LSZH cable jacketing is composed of thermoplastic or thermoset compounds that emit limited smoke and no halogen when exposed to high sources of heat.
These are designed for horizontal intrabuilding backbones with little smoke and zero-halogen requirements. This cable is classified as a general-purpose optical cable.
Figure 5: Corning LSZH™ Loose Tube, Gel-Free, Corrugated Armored Cable 12 F, 50 µm
OFNP vs. OFNR vs. LSZH(general purpose cable)
The figure below compares these three types of fiber optic cables.
Figure 6: The comparison of flame retardancy between OFNP vs. OFNR vs. General purpose cable
Common installation ways of indoor fiber optic cable
Regarding these three types of indoor fiber optic cables, there’re also three installation methods, i.e., plenum cabling, riser cabling, and trays/ladder rack cabling.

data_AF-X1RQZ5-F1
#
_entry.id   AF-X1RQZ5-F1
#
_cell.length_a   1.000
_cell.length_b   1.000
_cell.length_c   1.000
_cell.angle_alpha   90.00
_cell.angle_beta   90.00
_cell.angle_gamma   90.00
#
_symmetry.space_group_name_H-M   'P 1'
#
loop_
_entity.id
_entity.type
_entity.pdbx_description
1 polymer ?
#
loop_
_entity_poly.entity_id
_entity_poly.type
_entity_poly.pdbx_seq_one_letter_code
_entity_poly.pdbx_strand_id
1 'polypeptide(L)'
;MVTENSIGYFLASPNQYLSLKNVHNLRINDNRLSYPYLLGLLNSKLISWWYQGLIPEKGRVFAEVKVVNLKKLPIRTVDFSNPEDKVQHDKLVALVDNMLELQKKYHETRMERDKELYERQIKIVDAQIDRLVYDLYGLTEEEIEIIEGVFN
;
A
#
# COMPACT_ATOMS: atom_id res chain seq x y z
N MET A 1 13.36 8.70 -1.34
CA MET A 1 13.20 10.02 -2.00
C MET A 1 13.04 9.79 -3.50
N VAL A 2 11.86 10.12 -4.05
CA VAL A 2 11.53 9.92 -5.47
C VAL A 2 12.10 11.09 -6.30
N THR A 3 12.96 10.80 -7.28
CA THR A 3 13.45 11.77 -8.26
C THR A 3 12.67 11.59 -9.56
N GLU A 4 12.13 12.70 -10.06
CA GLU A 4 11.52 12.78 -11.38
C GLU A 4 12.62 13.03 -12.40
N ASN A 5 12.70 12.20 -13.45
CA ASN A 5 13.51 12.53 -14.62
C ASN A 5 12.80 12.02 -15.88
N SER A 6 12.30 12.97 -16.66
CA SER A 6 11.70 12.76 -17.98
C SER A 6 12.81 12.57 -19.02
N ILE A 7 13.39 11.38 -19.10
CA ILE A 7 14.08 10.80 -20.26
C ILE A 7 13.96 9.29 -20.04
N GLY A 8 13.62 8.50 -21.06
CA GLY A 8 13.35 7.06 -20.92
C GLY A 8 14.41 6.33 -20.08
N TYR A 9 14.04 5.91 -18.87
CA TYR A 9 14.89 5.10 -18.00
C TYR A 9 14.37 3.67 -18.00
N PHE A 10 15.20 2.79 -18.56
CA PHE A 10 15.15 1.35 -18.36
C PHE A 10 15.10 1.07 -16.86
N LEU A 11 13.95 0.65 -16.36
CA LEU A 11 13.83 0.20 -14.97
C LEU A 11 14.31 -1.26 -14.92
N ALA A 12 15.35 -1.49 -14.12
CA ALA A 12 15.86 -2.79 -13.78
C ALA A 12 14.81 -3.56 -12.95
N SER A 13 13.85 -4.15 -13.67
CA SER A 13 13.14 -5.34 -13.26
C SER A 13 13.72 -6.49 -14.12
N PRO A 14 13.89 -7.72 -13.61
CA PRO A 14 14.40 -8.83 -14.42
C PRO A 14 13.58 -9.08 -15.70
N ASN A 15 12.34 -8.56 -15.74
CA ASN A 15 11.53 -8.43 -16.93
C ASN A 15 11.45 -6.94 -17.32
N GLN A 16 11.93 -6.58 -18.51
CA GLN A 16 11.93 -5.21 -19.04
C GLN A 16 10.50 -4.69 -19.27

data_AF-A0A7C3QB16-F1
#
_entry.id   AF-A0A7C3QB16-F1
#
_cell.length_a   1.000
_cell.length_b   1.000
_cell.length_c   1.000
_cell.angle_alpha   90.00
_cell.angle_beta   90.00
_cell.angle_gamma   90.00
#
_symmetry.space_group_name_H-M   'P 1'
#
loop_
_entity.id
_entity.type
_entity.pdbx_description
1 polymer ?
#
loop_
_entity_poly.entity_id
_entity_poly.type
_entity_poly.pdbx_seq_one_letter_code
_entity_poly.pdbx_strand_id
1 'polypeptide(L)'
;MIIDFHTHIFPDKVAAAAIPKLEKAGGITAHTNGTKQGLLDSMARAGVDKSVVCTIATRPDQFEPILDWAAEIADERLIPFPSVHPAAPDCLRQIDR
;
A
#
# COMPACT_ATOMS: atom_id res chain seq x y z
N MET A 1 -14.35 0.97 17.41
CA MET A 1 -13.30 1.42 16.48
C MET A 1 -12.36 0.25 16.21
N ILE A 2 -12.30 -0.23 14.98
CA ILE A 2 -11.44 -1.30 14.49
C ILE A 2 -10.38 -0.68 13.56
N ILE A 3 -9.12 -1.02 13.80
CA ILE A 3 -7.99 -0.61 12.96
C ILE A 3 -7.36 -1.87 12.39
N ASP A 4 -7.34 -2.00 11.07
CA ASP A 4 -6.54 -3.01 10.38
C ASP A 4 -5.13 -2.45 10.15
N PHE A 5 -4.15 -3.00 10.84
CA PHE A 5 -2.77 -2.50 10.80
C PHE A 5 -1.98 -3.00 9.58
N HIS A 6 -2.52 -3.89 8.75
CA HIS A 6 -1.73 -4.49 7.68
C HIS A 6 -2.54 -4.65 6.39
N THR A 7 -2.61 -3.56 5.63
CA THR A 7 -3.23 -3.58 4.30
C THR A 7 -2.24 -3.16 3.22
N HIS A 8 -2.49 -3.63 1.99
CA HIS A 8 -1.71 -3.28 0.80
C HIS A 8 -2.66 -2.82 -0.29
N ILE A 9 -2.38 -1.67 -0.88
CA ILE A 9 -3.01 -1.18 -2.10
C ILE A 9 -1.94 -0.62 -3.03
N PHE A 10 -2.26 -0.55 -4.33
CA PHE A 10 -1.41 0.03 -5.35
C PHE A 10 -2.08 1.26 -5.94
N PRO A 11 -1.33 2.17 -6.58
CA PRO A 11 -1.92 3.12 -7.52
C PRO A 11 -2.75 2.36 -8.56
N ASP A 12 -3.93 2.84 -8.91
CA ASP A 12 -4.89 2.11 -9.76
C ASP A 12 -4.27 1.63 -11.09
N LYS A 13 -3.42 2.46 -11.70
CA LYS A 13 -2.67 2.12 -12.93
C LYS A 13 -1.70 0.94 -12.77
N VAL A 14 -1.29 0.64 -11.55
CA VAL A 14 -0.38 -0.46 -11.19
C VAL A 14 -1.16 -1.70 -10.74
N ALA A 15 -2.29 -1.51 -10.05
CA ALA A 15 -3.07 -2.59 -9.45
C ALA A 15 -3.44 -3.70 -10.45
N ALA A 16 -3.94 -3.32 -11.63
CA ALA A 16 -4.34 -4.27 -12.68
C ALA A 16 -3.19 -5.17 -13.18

This method applies to the plenum cable deployed above drop ceilings or under raised floors. It’s much easy as light-weighted panels are fixed by metal frames or grids attached to the ceiling. Only fiber optic cable management tools, such as trays, J-hooks, and cable ties, are needed to keep the cabling in good order.
Riser cables need to be supported during pulling, like using cable ties in a wiring closet. Also, begin the installation from the top, not pulling from the opposite directions.
Trays/ladder rack cabling
Trays/ladder racks are preferred by large hi-tech data centers to efficiently and effectively organize the cabling. They can be placed under ceilings, floors, riser shafts, etc. Better avoid as much tension, crushing, and bending as possible.
Figure 7: A glimpse inside a Facebook server farm